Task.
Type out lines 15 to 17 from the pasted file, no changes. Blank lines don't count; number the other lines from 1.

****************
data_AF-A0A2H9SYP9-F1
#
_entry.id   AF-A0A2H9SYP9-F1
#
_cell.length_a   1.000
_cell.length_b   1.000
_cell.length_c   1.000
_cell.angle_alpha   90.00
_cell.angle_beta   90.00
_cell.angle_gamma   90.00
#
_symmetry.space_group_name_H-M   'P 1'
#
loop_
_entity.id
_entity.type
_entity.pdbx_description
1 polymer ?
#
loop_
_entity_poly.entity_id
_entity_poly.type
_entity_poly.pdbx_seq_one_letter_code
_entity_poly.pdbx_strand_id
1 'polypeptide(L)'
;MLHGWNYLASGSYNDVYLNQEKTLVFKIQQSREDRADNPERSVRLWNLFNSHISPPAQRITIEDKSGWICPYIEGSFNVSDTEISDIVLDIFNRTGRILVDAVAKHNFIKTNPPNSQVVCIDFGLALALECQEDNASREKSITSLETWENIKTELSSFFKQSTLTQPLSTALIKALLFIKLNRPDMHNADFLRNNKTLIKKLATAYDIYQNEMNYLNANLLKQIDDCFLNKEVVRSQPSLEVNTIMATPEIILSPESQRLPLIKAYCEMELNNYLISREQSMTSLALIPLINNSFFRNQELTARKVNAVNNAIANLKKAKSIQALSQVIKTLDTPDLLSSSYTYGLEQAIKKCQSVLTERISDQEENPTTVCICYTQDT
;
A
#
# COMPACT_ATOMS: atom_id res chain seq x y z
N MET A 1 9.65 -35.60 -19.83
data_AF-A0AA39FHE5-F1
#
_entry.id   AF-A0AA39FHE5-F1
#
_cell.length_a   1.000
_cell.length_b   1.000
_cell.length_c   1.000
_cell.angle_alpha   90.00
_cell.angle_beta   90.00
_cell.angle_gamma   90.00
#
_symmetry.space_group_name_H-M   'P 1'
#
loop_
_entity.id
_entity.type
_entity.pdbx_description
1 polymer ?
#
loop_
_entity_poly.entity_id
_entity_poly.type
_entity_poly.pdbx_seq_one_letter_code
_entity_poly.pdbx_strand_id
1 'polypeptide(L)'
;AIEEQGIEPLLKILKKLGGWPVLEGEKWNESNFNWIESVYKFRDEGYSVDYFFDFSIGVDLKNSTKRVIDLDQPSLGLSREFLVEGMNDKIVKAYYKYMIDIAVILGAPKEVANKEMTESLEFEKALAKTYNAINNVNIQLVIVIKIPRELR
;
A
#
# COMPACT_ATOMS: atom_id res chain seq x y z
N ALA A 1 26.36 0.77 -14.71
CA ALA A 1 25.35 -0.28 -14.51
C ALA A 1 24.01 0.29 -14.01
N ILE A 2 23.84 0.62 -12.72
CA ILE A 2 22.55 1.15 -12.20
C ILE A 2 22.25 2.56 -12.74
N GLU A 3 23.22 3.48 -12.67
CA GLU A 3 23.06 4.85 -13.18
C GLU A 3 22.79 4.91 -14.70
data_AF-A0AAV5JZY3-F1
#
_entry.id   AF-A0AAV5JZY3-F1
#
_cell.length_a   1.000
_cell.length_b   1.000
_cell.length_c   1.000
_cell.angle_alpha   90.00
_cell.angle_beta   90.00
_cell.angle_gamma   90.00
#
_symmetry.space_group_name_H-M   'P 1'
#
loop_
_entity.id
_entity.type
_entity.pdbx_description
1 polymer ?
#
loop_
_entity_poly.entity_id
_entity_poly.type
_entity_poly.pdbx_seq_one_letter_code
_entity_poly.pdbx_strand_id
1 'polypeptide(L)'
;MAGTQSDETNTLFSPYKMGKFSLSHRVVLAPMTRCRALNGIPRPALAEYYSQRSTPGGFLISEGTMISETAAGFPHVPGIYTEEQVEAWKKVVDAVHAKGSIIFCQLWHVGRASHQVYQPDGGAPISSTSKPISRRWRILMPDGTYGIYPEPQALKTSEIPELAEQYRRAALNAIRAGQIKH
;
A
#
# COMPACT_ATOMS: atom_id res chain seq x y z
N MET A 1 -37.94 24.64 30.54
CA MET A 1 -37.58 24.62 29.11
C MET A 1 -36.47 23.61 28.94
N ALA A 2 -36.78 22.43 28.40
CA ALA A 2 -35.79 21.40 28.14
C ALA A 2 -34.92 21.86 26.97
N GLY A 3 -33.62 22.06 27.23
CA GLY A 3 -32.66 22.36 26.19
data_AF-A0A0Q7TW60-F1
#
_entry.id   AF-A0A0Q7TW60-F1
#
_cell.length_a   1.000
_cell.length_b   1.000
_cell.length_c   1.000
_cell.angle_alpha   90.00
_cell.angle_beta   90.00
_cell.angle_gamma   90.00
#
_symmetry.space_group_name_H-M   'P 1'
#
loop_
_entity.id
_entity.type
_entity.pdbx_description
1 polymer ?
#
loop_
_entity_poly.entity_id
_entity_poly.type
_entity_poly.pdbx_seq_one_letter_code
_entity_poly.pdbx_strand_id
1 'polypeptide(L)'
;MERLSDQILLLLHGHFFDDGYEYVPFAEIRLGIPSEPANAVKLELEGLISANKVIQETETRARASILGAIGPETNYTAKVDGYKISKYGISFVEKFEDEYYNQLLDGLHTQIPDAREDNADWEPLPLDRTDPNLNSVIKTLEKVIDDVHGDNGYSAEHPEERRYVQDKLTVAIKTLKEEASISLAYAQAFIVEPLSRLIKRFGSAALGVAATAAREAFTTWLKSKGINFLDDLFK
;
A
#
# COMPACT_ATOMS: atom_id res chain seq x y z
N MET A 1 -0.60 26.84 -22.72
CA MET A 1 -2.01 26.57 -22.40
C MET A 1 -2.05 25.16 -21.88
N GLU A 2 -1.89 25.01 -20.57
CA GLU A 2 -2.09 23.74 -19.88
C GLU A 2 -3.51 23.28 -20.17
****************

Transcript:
_entity.id
_entity.type
_entity.pdbx_description